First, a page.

A nine-state effort to create a network of fast, frequent trains could be derailed by Wisconsin Gov.-elect Scott Walker's vow to reject federal stimulus money to build a high-speed rail line between Milwaukee and Madison.
Walker has called the construction a waste of taxpayer money. But without rail between Milwaukee and Madison, it will be difficult for Midwestern leaders to fulfill their vision of having 110-mph trains linking Chicago, Milwaukee, Madison and Minneapolis-St. Paul.
That route was planned as the backbone of the effort called the Midwest Regional Rail Initiative.
"Obviously, if we don't have a willing partner, it makes it more difficult to move forward," Dan Krom, director of the Minnesota Department of Transportation's passenger rail office, told The Capital Times. "We all have our state politics to deal with, and the fact Wisconsin is in the middle (between Minnesota and Illinois) is a problem."
Minnesota transportation officials are still moving forward with a series of meetings in that state along with four in Wisconsin. They want to obtain information for an environmental impact study on roughly a dozen proposed rail routes between the Twin Cities and Chicago via Milwaukee.
The meetings are part of a $1.2 million joint planning effort by the Minnesota and Wisconsin transportation departments, the Midwest Rail Initiative and the Federal Railroad Administration. The federal government contributed $600,000 to the study's cost, with Minnesota and Wisconsin each pitching in $300,000.
“We all have state politics to deal with, and the fact Wisconsin is in the middle (between Minnesota and Illinois) is a problem.”Dan Krom, MnDOT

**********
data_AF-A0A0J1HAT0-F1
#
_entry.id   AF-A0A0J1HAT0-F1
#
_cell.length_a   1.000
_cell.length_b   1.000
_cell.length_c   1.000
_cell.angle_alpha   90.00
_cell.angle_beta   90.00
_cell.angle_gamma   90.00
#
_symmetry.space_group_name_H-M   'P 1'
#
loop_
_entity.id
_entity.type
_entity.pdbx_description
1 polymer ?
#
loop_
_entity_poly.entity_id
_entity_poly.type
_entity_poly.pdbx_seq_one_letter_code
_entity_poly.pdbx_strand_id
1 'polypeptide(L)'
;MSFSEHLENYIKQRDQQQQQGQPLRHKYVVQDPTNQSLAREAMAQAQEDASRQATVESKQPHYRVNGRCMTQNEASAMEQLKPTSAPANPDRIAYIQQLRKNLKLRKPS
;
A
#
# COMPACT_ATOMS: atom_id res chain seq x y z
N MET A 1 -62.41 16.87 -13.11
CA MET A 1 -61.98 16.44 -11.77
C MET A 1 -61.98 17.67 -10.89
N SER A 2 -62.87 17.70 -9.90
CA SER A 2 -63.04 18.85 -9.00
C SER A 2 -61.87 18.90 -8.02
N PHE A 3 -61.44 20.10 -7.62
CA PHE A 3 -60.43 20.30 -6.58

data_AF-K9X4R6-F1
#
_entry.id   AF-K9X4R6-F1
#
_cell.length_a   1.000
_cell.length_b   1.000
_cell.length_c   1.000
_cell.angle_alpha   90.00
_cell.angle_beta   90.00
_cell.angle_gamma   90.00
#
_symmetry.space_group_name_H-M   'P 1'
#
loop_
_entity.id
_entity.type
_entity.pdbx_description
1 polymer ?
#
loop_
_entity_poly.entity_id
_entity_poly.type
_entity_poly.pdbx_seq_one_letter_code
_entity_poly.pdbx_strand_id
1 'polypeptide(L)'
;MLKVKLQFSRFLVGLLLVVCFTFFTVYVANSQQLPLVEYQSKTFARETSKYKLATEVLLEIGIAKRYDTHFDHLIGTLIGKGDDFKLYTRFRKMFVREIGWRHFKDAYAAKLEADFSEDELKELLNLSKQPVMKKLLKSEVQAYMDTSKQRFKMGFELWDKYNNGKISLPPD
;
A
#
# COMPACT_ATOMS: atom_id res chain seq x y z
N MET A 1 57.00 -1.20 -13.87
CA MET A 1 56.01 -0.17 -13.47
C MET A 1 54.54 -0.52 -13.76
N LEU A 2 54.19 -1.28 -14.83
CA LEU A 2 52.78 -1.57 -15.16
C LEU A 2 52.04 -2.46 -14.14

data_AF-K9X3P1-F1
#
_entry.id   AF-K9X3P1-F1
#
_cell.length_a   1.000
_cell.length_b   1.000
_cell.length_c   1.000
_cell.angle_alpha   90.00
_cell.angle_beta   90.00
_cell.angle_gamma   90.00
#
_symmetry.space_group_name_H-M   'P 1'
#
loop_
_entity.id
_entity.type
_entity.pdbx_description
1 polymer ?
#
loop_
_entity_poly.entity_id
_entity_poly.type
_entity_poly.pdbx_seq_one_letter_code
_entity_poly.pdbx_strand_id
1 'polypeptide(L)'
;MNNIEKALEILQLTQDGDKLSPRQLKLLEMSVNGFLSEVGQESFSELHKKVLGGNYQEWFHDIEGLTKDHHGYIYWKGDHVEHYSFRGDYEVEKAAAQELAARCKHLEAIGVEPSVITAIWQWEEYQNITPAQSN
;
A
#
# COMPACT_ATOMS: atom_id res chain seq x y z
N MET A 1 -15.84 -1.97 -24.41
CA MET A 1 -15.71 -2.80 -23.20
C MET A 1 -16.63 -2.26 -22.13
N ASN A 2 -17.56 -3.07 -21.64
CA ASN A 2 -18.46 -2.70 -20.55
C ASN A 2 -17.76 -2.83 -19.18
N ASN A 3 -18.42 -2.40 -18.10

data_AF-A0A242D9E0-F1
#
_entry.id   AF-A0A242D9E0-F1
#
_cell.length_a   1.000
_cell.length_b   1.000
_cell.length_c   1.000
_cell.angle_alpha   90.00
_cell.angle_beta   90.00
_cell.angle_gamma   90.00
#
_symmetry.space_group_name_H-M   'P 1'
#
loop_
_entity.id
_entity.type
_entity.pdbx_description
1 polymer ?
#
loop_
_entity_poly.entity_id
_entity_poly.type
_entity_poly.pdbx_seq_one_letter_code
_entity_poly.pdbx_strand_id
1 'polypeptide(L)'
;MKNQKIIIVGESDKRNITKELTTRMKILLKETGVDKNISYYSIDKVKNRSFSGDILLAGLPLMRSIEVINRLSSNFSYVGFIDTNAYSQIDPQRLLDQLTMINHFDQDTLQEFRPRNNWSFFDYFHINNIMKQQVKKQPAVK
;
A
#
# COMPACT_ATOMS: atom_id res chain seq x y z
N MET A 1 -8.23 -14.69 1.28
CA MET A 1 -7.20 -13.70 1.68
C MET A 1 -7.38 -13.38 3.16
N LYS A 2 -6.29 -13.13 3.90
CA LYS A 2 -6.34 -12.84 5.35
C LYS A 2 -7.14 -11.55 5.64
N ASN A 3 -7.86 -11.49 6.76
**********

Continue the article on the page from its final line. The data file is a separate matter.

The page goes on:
Although previous plans focused on routes through Madison, the new study is looking at 14 possibilities, none of which has been ruled out, Krom said.
The Milwaukee Journal Sentinel reported that most of those options lead through Madison, and then go west through Prairie du Chien or northwest through either La Crosse or Eau Claire. But three proposals would bypass Madison.
One would follow the existing route of the Empire Builder, which stops in Milwaukee, Columbus, Portage, Wisconsin Dells, Tomah and La Crosse. The Empire Builder makes daily trips between Chicago, the Twin Cities and the Pacific Northwest.
Two other options would run north through Fond du Lac and Neenah before turning west, through Stevens Point.
Walker has said he would be open to spending the $810 million on upgrading current Hiawatha and Empire Builder routes -- but that would require federal approval.
U.S. Transportation Secretary Ray LaHood has said the stimulus money can be spent only on high-speed rail, although his office has declined to comment on whether the cash could be shifted to other rail projects. Walker spokesman Cullen Werwie declined to elaborate on the Republican governor-elect's remarks.
No federally funded transportation project can proceed without extensive environmental studies, and no such studies have been done on any route except the Milwaukee-to-Madison segment, said Cari Anne Renlund, executive assistant to Wisconsin Transportation Secretary Frank Busalacchi, who was appointed by Democratic Gov. Jim Doyle, a major supporter of the high-speed rail project.
Renlund said Minnesota's study had to examine all possible options, even though Wisconsin transportation officials weren't interested in bypassing Madison.
(Copyright 2010 by The Associated Press. All Rights Reserved.)